Perspective

CMS proposes to cover acupuncture for low back pain

CMS announced in a press release that it has proposed to cover acupuncture as a possible alternative treatment to opioid use for Medicare beneficiaries with chronic low back pain who are enrolled in clinical trials sponsored by the NIH or in CMS-approved trials.

“Today’s proposal represents the Trump administration’s commitment to providing Americans with access to a wide array of options to support their health,” Alex M. Azar II, HHS Secretary, said in the release. “Defeating our country’s epidemic of opioid addiction requires identifying all possible ways to treat the very real problem of chronic pain, and this proposal would provide patients with new options while expanding our scientific understanding of alternative approaches to pain.”

According to the release, CMS has collaborated with the NIH as part of the Opioids Workgroup and Evidence Generation Workgroup to begin studies on acupuncture for the treatment of chronic low back pain in patients aged 65 years old or older. With the proposed decision, CMS and NIH will continue to develop evidence for future Medicare coverage determinations for acupuncture treatment for beneficiaries with chronic low back pain.

“Chronic low back pain impacts many Medicare patients and is a leading reason for opioid prescribing,” CMS Principal Deputy Administrator of Operations and Policy Kimberly Brandt, said in the release. “ ... CMS will work closely with our sister agencies to monitor outcomes for Medicare beneficiaries receiving acupuncture to inform our understanding of the efficacy of this therapeutic approach.”

Reference:

www.cms.gov

CMS announced in a press release that it has proposed to cover acupuncture as a possible alternative treatment to opioid use for Medicare beneficiaries with chronic low back pain who are enrolled in clinical trials sponsored by the NIH or in CMS-approved trials.

“Today’s proposal represents the Trump administration’s commitment to providing Americans with access to a wide array of options to support their health,” Alex M. Azar II, HHS Secretary, said in the release. “Defeating our country’s epidemic of opioid addiction requires identifying all possible ways to treat the very real problem of chronic pain, and this proposal would provide patients with new options while expanding our scientific understanding of alternative approaches to pain.”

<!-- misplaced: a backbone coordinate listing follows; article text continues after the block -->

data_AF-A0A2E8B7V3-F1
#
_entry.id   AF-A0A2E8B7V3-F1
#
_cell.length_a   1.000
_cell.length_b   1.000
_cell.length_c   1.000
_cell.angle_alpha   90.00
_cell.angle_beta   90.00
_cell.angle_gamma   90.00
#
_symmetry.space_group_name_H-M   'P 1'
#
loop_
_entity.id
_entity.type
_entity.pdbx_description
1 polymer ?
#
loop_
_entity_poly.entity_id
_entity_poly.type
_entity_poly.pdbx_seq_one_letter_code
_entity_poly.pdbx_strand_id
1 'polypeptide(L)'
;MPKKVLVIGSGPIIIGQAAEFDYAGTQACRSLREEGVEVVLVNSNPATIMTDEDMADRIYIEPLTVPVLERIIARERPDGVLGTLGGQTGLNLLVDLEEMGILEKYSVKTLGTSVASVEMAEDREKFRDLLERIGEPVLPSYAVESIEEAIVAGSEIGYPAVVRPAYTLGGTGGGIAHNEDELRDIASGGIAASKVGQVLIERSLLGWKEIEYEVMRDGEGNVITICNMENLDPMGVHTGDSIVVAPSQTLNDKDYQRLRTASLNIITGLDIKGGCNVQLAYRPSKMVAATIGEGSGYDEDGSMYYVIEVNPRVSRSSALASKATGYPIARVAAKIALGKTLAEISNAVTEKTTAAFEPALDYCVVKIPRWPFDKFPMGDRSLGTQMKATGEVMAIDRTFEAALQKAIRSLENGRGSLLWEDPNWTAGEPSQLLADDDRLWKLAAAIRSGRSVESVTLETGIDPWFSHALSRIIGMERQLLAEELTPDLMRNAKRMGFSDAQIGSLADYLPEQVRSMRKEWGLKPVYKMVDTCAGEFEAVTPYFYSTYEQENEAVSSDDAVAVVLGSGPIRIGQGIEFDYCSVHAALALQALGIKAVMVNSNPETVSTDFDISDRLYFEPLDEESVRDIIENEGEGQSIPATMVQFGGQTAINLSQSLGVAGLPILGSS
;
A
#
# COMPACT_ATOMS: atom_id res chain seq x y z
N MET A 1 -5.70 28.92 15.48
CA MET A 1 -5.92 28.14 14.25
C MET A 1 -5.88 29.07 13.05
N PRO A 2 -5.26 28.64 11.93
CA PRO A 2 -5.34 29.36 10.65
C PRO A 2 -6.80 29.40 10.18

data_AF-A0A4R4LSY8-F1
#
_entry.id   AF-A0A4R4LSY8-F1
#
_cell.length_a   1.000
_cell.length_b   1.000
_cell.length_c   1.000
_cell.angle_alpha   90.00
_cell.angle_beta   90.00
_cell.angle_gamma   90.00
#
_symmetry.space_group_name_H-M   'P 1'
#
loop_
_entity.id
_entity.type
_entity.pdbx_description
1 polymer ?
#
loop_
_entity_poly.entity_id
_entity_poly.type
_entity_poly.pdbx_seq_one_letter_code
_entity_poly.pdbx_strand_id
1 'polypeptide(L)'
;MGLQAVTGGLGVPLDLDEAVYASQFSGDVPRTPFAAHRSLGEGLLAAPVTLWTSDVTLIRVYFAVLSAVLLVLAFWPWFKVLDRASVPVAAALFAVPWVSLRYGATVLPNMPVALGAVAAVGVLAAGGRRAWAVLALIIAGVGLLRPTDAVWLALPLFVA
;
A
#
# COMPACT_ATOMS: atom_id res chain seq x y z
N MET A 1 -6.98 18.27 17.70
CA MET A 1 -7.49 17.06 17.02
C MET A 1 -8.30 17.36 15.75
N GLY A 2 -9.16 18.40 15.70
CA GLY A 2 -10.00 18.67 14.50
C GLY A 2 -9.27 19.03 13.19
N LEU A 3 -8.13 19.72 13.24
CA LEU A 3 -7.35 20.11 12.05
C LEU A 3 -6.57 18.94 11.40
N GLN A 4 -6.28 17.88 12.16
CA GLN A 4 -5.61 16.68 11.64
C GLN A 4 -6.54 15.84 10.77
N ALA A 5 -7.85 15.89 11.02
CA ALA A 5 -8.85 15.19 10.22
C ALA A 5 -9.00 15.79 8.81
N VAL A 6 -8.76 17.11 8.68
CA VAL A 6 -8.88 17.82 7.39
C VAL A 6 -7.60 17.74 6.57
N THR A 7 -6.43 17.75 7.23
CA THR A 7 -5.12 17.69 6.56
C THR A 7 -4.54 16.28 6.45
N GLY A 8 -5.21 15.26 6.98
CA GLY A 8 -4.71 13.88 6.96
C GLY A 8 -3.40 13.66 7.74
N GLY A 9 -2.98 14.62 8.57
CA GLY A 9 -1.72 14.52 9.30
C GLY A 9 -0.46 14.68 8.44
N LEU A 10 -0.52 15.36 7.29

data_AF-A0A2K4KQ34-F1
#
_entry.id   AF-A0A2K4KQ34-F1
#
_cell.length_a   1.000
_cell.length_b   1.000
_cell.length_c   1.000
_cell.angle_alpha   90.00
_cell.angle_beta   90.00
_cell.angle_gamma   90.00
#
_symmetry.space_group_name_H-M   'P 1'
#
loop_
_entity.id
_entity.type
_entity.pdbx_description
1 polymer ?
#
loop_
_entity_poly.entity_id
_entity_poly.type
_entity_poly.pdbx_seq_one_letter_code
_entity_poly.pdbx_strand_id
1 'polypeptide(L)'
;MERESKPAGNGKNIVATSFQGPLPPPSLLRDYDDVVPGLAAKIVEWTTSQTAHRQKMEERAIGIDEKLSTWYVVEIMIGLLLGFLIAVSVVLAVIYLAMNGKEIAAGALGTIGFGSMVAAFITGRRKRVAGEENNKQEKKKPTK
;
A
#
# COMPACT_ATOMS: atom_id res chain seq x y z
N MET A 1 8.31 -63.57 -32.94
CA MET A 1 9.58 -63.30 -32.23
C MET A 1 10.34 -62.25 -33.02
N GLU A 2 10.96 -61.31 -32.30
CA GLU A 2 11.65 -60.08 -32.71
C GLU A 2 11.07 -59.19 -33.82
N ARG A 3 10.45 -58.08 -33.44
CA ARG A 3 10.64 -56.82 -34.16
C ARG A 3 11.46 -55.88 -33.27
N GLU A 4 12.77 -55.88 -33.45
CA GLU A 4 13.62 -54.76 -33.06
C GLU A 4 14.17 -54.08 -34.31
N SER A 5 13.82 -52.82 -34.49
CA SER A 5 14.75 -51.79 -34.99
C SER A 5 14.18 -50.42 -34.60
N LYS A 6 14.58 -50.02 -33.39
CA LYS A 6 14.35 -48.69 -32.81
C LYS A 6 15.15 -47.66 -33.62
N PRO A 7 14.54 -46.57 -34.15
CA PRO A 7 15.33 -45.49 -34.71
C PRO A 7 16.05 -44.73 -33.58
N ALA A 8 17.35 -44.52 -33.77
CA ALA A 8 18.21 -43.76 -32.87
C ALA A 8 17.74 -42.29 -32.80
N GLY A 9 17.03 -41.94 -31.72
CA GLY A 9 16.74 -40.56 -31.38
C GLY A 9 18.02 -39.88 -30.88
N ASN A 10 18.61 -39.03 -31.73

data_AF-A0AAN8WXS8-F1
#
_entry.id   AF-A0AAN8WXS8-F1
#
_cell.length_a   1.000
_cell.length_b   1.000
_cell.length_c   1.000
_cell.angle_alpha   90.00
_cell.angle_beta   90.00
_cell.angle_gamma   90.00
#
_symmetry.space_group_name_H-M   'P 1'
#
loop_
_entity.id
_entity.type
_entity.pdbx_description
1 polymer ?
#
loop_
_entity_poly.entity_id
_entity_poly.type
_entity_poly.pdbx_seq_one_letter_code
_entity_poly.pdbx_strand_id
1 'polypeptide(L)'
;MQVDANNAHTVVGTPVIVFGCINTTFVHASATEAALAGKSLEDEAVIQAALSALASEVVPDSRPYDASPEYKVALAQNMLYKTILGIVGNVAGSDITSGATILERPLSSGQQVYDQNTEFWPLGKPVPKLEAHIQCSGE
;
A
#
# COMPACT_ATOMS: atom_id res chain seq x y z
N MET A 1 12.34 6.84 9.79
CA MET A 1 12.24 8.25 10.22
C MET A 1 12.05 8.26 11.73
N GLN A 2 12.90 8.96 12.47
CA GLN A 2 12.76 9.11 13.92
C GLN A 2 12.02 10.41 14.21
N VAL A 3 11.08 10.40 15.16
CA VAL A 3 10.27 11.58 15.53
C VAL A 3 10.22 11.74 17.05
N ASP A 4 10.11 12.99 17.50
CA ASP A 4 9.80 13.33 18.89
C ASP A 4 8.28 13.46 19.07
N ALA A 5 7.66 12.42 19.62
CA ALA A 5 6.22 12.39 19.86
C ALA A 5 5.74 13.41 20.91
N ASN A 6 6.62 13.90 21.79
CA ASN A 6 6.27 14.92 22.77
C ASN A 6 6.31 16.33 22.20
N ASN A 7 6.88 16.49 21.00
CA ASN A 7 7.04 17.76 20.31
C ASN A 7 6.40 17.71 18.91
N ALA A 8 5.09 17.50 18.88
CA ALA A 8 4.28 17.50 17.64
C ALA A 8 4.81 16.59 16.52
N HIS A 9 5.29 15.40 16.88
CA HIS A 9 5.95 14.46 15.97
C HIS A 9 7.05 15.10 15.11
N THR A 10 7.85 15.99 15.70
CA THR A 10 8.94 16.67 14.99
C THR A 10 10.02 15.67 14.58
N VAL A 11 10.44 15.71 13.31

According to the release, CMS has collaborated with the NIH as part of the Opioids Workgroup and Evidence Generation Workgroup to begin studies on acupuncture for the treatment of chronic low back pain in patients aged 65 years old or older. With the proposed decision, CMS and NIH will continue to develop evidence for future Medicare coverage determinations for acupuncture treatment for beneficiaries with chronic low back pain.

“Chronic low back pain impacts many Medicare patients and is a leading reason for opioid prescribing,” CMS Principal Deputy Administrator of Operations and Policy Kimberly Brandt, said in the release. “ ... CMS will work closely with our sister agencies to monitor outcomes for Medicare beneficiaries receiving acupuncture to inform our understanding of the efficacy of this therapeutic approach.”

Reference:

www.cms.gov

    Perspective
    Scott D. Boden

    Scott D. Boden

    On July 15, 2019, CMS announced their intention to allow acupuncture for patients with chronic low back pain to be a covered service provided they were enrolled in a clinical trial that was evaluating the efficacy of acupuncture and measuring clinical outcomes. This change comes as part of a broad effort to explore various pain management options that may provide alternatives to opioid pain medications. Acupuncture is founded based on scientific principles of pain physiology and has been shown to be effective for many medical conditions. It is unclear whether it will prove to be an efficacious modality to manage chronic low back pain, but this represents a major step in facilitating clinical trials that could answer that question. The fact that CMS has limited coverage initially to patients enrolled in clinical trials will ensure that information evaluating the efficacy of this approach is obtained before a broad coverage decision is made – and this represents a judicious approach spending our limited pool of CMS dollars on treatments with proven efficacy.

     

    • Scott D. Boden, MD
    • Professor and chair
      Department of orthopedics,
      Emory University School of Medicine
      Atlanta

    Disclosures: Boden reports no relevant financial disclosures.